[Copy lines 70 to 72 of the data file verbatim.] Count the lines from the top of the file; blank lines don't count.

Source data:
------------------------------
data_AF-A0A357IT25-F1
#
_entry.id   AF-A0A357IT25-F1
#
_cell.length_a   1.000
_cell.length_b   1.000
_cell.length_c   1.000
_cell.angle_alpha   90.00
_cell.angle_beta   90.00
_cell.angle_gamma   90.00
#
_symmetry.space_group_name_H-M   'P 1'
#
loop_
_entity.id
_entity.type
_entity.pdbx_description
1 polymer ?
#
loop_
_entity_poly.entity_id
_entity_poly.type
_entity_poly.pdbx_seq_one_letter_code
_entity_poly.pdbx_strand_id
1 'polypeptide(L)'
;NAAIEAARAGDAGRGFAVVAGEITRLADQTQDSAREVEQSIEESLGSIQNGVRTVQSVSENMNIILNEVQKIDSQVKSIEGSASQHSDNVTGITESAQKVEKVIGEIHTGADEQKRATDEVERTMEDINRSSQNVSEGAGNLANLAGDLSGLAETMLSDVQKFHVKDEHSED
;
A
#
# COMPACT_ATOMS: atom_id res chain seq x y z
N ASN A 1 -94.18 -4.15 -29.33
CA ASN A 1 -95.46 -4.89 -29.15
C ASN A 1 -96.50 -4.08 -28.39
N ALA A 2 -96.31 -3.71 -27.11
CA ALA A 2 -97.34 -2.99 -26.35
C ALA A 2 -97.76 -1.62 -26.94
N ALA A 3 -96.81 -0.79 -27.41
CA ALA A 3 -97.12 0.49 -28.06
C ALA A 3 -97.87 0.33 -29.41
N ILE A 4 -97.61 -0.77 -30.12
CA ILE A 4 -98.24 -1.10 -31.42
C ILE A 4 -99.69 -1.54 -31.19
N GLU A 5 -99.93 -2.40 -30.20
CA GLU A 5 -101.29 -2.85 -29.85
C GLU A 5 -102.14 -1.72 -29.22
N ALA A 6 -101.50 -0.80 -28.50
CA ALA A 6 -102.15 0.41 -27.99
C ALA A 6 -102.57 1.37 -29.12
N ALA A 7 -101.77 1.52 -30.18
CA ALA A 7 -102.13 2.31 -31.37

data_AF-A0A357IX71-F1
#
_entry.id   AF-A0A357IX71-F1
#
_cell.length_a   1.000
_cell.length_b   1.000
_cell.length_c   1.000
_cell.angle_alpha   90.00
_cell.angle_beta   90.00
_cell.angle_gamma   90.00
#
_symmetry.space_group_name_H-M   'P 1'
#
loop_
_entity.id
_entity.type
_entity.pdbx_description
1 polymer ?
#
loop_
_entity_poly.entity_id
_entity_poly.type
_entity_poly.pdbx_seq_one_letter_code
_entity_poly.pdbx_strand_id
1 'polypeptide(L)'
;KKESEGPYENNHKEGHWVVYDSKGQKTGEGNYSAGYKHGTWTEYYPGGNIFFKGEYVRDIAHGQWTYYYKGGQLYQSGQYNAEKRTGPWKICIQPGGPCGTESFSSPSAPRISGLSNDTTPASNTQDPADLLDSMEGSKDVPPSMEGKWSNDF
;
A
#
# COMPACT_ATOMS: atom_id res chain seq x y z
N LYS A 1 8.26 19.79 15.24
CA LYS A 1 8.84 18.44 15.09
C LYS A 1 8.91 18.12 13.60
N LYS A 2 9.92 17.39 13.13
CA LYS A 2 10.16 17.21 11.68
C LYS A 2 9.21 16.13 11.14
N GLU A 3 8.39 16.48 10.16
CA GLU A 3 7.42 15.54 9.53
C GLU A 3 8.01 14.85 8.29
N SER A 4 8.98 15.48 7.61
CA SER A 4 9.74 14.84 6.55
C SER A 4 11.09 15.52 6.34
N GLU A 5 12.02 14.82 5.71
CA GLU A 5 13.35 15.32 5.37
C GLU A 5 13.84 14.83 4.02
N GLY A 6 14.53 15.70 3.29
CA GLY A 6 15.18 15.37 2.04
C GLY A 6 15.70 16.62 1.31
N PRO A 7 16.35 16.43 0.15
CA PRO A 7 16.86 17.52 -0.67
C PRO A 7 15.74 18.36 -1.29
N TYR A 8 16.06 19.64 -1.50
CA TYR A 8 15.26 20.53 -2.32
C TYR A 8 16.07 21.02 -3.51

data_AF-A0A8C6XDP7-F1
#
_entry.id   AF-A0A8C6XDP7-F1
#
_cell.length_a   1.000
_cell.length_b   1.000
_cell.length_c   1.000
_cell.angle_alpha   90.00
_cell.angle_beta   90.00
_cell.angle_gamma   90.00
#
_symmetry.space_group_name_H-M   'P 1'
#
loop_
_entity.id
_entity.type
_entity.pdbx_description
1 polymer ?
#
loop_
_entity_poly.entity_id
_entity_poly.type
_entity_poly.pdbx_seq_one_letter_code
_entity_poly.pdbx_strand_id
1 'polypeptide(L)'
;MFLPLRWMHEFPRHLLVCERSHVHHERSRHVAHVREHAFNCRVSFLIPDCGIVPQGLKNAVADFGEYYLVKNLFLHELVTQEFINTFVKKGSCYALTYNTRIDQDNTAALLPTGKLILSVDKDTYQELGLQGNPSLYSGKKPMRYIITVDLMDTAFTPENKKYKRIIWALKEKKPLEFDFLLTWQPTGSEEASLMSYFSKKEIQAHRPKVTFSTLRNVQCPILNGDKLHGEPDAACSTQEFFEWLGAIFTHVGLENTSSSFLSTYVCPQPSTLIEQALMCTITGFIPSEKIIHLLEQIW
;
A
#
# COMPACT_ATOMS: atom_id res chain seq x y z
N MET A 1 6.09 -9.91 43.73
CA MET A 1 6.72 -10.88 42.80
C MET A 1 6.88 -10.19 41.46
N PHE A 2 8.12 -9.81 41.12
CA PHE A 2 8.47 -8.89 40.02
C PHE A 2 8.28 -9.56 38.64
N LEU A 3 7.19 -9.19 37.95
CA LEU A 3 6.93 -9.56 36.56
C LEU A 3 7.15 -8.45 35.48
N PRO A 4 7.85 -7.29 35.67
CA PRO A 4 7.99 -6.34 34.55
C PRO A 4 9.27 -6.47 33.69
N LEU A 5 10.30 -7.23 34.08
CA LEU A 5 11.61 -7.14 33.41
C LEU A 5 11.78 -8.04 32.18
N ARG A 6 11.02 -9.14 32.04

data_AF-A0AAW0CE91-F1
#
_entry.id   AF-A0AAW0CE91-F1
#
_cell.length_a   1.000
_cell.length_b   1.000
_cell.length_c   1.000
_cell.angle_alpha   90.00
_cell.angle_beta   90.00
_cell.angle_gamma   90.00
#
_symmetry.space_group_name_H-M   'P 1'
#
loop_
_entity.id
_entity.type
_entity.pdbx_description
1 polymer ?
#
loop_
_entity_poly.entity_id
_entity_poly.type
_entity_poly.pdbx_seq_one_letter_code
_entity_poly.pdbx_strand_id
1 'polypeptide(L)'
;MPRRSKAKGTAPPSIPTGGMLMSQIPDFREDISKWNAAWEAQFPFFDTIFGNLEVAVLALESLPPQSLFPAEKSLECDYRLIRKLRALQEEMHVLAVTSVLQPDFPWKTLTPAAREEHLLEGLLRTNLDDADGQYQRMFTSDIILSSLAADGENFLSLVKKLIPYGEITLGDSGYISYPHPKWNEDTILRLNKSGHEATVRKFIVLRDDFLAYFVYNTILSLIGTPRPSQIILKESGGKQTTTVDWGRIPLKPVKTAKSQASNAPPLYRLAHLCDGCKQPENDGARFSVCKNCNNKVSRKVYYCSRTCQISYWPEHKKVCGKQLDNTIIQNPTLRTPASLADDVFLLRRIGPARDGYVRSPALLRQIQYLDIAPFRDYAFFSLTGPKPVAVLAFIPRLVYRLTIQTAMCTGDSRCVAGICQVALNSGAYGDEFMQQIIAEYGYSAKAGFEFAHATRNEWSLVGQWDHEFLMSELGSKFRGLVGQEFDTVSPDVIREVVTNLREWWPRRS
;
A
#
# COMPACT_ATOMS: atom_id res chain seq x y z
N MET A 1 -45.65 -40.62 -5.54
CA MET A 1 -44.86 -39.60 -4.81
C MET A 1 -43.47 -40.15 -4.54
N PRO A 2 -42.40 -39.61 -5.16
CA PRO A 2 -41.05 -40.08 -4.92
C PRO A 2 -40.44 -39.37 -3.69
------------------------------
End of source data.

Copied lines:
loop_
_entity_poly.entity_id
_entity_poly.type